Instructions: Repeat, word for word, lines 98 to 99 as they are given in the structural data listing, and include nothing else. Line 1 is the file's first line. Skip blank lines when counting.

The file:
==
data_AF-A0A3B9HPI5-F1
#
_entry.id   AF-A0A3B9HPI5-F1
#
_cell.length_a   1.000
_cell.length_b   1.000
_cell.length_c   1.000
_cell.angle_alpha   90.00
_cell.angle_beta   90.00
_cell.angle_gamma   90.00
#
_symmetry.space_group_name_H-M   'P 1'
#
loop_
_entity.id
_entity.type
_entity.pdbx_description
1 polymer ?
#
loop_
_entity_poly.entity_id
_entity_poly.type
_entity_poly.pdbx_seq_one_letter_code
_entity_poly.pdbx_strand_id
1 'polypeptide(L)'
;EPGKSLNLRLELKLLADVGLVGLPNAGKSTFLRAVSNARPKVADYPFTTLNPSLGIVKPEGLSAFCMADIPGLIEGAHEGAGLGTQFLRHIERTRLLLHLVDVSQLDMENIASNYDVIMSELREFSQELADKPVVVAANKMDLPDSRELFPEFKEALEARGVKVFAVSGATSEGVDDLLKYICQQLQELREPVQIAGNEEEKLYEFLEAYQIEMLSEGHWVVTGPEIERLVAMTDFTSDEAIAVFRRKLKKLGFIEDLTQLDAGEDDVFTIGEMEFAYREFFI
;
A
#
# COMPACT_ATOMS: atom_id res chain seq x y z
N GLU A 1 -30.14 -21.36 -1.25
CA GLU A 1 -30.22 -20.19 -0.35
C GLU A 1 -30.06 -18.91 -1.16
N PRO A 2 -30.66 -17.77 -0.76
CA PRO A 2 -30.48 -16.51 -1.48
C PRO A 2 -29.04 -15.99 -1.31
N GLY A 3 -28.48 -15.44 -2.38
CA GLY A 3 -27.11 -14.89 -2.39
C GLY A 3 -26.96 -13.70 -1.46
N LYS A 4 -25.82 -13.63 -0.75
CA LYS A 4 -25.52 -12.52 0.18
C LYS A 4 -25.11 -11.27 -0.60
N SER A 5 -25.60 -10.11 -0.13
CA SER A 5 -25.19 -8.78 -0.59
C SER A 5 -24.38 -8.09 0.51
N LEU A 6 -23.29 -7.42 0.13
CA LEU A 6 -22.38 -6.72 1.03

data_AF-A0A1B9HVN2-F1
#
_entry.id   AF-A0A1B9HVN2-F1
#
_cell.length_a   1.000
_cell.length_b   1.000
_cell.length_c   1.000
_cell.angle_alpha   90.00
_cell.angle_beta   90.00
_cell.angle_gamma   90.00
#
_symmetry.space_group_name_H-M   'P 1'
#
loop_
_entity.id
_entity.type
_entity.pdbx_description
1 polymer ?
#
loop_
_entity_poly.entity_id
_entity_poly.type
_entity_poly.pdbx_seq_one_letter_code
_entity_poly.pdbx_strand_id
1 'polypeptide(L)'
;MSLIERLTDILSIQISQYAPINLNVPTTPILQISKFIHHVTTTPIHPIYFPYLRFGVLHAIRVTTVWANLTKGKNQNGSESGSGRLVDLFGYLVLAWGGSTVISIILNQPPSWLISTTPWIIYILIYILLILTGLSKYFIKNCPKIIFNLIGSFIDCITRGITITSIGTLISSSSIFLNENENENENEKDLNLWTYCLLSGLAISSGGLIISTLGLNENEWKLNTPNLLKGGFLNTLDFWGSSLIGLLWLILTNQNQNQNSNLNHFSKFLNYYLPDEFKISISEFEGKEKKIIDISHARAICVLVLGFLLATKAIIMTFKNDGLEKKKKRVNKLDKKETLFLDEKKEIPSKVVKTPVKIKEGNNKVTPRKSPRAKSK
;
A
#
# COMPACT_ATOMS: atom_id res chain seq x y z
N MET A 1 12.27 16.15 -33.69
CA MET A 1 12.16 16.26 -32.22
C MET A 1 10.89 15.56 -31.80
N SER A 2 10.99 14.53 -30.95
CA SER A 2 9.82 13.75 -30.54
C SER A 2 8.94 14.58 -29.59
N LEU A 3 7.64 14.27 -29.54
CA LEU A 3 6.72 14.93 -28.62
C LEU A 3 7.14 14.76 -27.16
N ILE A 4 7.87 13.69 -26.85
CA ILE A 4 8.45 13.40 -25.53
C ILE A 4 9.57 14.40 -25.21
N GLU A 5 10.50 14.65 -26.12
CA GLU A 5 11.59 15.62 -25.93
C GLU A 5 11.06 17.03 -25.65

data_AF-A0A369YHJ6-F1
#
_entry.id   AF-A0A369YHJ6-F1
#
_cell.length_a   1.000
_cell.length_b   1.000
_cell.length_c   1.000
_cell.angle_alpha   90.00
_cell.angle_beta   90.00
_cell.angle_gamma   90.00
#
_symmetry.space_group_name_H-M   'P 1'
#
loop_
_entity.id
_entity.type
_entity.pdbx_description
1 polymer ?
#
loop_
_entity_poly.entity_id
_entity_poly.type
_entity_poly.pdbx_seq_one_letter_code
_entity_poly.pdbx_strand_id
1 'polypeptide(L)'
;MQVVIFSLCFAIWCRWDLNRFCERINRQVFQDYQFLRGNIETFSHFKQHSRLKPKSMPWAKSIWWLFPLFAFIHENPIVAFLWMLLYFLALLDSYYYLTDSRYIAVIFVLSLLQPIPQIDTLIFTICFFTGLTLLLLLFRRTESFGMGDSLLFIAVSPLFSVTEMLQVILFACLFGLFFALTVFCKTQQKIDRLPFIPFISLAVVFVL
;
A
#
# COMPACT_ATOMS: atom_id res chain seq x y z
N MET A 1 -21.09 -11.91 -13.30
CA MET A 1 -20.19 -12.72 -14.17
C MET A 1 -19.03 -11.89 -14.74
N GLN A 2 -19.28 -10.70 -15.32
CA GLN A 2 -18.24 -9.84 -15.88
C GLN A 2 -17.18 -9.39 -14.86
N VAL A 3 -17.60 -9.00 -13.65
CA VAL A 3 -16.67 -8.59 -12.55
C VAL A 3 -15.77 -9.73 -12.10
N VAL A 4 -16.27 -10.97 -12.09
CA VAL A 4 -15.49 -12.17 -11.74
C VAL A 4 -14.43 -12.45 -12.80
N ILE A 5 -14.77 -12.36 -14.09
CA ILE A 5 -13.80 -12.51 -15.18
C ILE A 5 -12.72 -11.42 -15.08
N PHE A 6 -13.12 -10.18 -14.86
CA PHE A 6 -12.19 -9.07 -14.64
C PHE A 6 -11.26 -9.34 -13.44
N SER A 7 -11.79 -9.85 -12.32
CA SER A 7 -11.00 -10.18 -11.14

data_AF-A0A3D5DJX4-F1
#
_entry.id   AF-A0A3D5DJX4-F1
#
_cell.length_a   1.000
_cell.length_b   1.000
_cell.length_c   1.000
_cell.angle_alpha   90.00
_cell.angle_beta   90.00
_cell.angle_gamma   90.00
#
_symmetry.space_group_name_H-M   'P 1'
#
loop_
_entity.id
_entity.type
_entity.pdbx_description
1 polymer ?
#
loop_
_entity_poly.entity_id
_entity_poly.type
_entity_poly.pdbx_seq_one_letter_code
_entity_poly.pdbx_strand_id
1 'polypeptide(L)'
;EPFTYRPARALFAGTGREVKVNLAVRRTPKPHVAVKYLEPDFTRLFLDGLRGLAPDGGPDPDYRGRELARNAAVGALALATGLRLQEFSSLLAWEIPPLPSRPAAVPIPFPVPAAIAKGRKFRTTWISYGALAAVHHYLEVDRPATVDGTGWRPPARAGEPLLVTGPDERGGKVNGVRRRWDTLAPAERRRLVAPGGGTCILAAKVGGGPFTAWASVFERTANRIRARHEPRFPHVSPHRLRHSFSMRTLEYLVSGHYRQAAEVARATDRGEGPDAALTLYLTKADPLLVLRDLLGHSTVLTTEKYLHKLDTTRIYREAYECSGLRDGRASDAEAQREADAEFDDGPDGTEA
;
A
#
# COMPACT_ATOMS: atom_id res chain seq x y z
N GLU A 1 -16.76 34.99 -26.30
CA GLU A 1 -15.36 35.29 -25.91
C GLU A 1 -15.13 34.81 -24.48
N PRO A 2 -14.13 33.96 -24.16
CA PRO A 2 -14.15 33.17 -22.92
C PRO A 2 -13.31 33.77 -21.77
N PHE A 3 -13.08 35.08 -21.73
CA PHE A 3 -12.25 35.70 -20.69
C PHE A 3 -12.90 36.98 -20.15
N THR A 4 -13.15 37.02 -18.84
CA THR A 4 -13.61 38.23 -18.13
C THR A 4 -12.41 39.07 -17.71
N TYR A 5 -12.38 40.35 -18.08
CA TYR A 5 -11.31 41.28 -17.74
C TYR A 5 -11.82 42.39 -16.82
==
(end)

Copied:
_cell.length_b   1.000
_cell.length_c   1.000